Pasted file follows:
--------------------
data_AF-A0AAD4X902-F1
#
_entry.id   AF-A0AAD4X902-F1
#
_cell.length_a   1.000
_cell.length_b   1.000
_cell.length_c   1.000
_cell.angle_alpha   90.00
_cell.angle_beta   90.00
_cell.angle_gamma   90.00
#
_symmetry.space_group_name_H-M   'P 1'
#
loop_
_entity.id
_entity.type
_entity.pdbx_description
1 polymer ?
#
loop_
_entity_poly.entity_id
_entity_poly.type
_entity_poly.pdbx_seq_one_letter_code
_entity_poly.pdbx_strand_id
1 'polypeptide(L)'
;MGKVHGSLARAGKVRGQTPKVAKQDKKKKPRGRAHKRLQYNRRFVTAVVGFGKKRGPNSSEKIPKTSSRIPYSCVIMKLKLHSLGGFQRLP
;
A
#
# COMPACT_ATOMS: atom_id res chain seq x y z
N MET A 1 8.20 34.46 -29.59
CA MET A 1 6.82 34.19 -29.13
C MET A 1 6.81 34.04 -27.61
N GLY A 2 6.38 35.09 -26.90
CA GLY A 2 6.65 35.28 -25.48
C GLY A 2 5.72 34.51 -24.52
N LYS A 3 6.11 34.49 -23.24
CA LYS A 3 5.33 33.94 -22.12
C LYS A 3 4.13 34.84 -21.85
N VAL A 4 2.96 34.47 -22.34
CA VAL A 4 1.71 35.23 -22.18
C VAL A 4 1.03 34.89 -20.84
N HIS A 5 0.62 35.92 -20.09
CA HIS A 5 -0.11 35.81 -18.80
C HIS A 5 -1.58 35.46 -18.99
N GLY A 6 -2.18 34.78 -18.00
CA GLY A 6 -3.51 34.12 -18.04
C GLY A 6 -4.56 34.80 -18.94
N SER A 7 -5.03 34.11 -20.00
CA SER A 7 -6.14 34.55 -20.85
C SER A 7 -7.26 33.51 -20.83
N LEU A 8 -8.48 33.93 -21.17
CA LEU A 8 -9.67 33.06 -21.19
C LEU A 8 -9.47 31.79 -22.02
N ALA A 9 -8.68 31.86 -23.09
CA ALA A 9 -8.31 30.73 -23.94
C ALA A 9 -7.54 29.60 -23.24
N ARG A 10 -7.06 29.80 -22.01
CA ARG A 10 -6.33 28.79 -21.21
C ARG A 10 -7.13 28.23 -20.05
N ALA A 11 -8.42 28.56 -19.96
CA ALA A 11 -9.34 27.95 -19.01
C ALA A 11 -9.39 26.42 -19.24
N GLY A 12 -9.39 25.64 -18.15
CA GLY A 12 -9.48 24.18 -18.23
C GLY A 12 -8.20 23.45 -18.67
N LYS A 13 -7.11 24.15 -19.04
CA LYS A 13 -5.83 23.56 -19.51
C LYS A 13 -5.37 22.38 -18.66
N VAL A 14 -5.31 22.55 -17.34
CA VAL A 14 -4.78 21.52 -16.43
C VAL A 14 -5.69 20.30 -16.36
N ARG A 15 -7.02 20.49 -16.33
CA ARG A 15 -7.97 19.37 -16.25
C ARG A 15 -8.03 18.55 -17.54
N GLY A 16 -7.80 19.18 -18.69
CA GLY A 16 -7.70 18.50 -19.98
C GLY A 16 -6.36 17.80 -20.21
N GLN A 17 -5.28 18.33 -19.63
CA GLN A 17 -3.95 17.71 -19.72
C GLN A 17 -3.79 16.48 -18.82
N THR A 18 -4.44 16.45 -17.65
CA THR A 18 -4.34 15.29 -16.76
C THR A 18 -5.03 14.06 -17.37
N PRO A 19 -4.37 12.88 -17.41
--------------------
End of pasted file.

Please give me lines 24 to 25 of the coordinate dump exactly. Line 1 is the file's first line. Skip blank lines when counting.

_entity_poly.pdbx_strand_id
1 'polypeptide(L)'